Robert Archer Lynn's exhilaratingly bleak beat-the-clock thriller brings a high-tech twist to the frenetic fatalism of classic film noir. Shot almost entirely in one continuous DV take, in and around the streets of Nashville, "Adrenaline" is impressively resourceful in its stripped-to-essentials approach to generating and sustaining suspense.
Robert Archer Lynn’s exhilaratingly bleak beat-the-clock thriller brings a high-tech twist to the frenetic fatalism of classic film noir. Shot almost entirely in one continuous DV take, in and around the streets of Nashville, “Adrenaline” is impressively resourceful in its stripped-to-essentials approach to generating and sustaining suspense. At the very least, this small-budget indie should enjoy wide festival exposure and serve as a calling card for many parties involved. A savvy distrib even might be able to milk modest coinage from limited theatrical runs.
Opening minutes economically establish Chris Thompson (co-scripter David Alford) as a successful businessman — indeed, perhaps a tad too smugly successful — who’s the proud new owner of an SUV tricked out with hands-free phone, satellite-system navigation and a 24/7 operator-assisted help line.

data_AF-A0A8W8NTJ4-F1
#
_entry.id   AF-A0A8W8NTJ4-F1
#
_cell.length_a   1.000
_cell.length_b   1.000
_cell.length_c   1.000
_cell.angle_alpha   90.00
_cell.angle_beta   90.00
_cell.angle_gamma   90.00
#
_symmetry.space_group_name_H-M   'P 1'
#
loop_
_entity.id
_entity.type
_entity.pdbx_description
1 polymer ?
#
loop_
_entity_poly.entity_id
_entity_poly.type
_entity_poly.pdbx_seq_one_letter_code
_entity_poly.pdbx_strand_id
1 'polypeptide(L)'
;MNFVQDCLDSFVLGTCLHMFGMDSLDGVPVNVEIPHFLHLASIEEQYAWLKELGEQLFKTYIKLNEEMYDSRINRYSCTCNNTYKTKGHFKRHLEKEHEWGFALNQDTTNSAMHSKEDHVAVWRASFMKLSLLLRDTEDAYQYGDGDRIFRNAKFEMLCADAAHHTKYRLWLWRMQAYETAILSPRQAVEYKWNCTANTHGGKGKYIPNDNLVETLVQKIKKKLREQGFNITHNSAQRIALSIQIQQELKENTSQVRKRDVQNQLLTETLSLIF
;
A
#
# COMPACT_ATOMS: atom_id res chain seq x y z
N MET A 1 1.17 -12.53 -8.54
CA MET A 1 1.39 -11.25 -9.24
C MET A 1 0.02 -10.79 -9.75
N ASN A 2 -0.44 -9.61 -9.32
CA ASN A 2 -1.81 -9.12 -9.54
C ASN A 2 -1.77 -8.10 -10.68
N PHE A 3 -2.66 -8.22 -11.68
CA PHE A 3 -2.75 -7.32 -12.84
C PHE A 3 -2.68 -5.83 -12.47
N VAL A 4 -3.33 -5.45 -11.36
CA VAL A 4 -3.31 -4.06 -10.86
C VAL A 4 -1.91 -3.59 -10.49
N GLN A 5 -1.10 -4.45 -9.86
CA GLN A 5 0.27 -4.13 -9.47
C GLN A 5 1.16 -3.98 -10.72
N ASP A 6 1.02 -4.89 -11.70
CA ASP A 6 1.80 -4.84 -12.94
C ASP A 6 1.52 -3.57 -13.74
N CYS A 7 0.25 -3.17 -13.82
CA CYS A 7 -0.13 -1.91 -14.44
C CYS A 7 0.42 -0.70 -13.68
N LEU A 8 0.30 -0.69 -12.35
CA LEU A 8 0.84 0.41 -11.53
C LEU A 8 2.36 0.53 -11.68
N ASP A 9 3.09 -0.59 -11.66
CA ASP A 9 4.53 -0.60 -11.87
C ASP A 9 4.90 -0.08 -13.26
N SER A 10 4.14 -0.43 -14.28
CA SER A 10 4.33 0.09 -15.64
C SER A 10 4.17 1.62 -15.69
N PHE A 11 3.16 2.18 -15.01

But Chris’ comfortable life takes a detour into terror when someone hacks into the sat-assist system and announces via phone that the businessman’s daughter has been kidnapped. If he wants to see his child alive again, Chris must follow all orders by an unseen antagonist (voiced by Reed Diamond) who follows his every move, taunts him with quotes from Shakespeare and plans to use him as an unwilling accomplice in a bank robbery.
The basic premise may echo several earlier films — everything from Sidney J. Furie’s “The Naked Runner” (1967) to John Badham’s “Nick of Time” (1995) — but the efficient execution sets “Adrenaline” apart as uniquely satisfying. Lynn deftly sprinkles portents and red herrings in the margins and background (TV and radio newscasts pointedly reference a failed bank heist) while remaining tightly focused on an Everyman protagonist driven by fear, rage and desperation.
The finale is a bit of a cheat, resorting to a clever yet unnecessary flashback that disrupts the real-time flow, but it comes too late to spoil the fun.
On camera virtually every second, Alford (artistic director of Nashville’s Tennessee Repertory Theater) makes Chris an arrestingly sympathetic figure, particularly during those moments when the businessman demonstrates how panic can fuel inspiration and improvisation. And even though he never appears onscreen, Diamond is effectively fearsome as the seemingly omniscient villain.
“Adrenaline” likely will reward repeat viewings by film buffs and filmmaker wannabes who want to appreciate how much pre-production planning must have been required for the pic’s central gimmick to work. The washed-out colors of the digital-video visuals actually serve to enhance the overall noirish mood.